Mylute, fifth at the Kentucky Derby, will run in the 138th Preakness on Saturday. Trainer Tom Amoss informed Maryland Jockey Club officials of his decision after the colt went to the track Saturday morning.
Napravnik is a blossoming star on the national stage, having appeared on “60 Minutes” and in The New York Times Magazine in the wake of signing an endorsement deal with Snickers.
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Napravnik will be only the third woman to ride in the Preakness; Patti Cooksey was sixth aboard Tajawa in 1985 and Andrea Seefeldt rode Looming to a seventh-place finish in 1994.
She is already well known in Maryland, where she started her riding career at the age of 17, skipping her senior year of high school and racing under the initials A.R. – for Anna Rose – to disguise the fact she is a woman.
“The Preakness is just as high up on my list as the Derby to win,” she said Saturday. “It would probably mean the most to me to win at Pimlico, where I started out and have all the original supporters, the people who really got me going. It would mean so much to win that race.”
The 25-year-old came to Maryland in 2004, moving in with sister Jazz, then an assistant trainer for Holly Robinson at her Sparks farm. She picked up work as an exercise rider and began understanding what it would take to be a jockey. Her first start came on June 9, 2005, as she led Ringofdiamonds to the lead in the first race at Pimlico and won for long-time Maryland trainer Dickie Small.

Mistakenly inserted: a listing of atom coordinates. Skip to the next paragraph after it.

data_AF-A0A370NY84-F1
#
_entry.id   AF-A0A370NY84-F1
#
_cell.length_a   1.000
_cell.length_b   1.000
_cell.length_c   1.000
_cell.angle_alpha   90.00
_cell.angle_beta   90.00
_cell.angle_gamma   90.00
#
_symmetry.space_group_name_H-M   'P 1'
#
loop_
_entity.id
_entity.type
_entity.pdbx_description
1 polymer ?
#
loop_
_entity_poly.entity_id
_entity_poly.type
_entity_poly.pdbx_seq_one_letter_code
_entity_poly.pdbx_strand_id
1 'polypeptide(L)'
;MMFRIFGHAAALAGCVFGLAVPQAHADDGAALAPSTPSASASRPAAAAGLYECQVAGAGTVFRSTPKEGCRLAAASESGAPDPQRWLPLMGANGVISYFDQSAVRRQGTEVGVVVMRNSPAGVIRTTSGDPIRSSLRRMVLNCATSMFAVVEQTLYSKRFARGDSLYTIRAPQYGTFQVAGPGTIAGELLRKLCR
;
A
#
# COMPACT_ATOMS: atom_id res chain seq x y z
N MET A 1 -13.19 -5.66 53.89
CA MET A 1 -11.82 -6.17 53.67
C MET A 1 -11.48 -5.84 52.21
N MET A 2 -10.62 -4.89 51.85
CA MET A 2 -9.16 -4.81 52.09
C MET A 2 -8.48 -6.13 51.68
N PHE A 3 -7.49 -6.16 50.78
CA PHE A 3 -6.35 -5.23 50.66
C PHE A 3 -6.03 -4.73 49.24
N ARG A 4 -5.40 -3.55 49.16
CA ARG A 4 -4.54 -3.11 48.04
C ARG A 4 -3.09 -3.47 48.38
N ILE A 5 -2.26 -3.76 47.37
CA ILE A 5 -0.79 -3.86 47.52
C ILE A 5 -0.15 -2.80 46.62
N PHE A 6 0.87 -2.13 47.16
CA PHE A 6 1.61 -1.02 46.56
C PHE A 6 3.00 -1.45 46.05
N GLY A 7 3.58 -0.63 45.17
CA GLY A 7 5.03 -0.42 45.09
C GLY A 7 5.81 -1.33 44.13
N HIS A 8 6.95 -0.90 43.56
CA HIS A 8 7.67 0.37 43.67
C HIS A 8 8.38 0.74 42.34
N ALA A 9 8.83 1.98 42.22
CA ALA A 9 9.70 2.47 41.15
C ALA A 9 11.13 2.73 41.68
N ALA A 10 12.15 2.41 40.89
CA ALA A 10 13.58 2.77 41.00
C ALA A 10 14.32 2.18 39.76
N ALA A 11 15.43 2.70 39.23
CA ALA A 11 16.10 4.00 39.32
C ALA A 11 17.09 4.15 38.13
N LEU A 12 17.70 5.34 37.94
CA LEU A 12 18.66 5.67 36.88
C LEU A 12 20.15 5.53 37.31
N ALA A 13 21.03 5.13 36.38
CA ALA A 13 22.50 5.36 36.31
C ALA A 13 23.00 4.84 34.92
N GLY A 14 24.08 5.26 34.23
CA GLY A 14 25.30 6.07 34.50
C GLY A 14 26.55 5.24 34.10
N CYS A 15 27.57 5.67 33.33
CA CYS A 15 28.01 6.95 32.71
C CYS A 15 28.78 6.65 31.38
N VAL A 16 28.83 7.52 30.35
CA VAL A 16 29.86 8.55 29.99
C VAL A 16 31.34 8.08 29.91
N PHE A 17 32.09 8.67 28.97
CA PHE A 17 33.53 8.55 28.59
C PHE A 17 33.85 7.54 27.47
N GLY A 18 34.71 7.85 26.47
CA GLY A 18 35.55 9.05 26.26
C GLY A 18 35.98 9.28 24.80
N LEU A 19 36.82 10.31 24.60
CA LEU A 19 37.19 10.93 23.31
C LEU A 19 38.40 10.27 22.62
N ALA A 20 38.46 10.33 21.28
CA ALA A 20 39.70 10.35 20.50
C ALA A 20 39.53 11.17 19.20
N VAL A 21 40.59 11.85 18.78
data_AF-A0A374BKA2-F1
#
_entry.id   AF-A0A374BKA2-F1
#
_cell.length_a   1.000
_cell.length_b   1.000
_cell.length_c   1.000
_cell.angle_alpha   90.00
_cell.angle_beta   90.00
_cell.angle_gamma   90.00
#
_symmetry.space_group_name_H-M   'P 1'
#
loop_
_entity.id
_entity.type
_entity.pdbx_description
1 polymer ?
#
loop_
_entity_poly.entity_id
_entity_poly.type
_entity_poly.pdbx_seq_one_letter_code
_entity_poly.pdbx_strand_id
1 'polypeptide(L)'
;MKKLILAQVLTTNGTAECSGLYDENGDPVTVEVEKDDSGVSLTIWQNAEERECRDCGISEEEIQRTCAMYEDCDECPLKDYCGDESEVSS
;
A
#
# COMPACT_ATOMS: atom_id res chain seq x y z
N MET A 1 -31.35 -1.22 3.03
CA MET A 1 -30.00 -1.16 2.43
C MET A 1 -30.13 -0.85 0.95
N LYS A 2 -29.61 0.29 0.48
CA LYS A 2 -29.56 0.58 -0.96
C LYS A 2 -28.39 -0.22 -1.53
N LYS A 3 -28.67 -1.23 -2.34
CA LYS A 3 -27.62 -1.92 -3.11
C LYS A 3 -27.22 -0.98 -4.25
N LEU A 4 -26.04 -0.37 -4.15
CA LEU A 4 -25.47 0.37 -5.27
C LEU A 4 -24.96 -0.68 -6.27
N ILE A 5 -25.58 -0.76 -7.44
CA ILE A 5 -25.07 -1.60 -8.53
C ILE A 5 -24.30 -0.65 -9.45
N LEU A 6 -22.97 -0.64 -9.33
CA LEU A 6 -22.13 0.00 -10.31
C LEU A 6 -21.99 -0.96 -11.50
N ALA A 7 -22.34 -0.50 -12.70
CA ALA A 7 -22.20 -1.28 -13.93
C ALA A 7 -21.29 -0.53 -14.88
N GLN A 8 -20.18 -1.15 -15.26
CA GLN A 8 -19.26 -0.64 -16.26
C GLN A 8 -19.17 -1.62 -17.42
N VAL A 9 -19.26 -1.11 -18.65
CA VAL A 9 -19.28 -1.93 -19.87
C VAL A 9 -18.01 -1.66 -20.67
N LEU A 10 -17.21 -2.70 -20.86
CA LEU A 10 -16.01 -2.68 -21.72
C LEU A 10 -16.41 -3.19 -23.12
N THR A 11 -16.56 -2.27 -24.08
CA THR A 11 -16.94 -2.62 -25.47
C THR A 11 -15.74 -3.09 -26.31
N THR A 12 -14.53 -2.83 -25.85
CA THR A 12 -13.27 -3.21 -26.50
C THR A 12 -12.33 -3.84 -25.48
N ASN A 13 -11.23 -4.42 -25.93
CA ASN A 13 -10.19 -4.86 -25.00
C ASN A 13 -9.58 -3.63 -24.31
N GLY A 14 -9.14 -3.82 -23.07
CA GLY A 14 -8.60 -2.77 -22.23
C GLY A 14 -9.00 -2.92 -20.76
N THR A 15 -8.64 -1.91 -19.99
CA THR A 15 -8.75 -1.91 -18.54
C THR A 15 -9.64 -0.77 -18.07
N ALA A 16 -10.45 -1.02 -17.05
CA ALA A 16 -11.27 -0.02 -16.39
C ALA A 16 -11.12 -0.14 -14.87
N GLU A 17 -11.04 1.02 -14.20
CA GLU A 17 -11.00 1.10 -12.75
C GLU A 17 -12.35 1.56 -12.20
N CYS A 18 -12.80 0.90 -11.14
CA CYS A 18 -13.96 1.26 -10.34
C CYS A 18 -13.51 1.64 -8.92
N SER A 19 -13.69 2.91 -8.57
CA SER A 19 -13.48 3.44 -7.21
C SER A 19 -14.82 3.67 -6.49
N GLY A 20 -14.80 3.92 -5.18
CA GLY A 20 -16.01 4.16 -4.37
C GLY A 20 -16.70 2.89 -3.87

In 2006 she won 300 races and riding titles at Laurel and Pimlico, and was second to Julien Leparoux, who will ride Titletown Five in Preakness, for the Eclipse award given to the top apprentice jockey. She’s since moved on to race in New York, Louisiana and Delaware. Last year, she became the first woman to win the Kentucky Oaks, for the top 3-year-old fillies, and her fifth-place finish on Mylute in Kentucky set a new record for best finish by a woman jockey, breaking her own mark set when she took Pants On Fire to a ninth-place finish in 2011.
“When I’m riding in the Derby, all through Derby week, and when I won the Oaks last year, I automatically reflect on it and think about Dickie and Holly and starting out,” Napravnik said. “It feels like it was just yesterday to me. They are very special to me. I couldn’t be more proud to come back and ride in the Preakness.”
She’s now represented by power agent Peter Carlisle, who helped vault Michael Phelps from top swimmer to household name – and brand.
Napravnik will try to become only the second woman to win any Triple Crown race.
She likes her chances on Mylute, who stuck with Orb for much of the Derby.
“I think he’s going to move forward a lot off that race,” she said. “I don’t think it’s something where it took everything out of him and would cause him to regress at all. He’s maturing and has the competitive drive of a really good race horse.”
As it stands now, Mylute is the top Derby finisher scheduled to run in the Preakness and should be one of the top few choices on the morning line to challenge winner Orb.
“We have to find four lengths,” Amoss said, referencing the length of Orb’s win over Mylute at Churchill Downs. “If Orb runs his race back in the Preakness, he will be hard to beat.”
Orb jogged and galloped over a wet track at Belmont Park on Saturday, and is scheduled to ship to Baltimore on Monday.
Eight horses are committed to running in the Preakness, which has a maximum field of 14. Connections for three horses say they may run their horses, while a fourth, Street Spice, was ruled out of contention Saturday.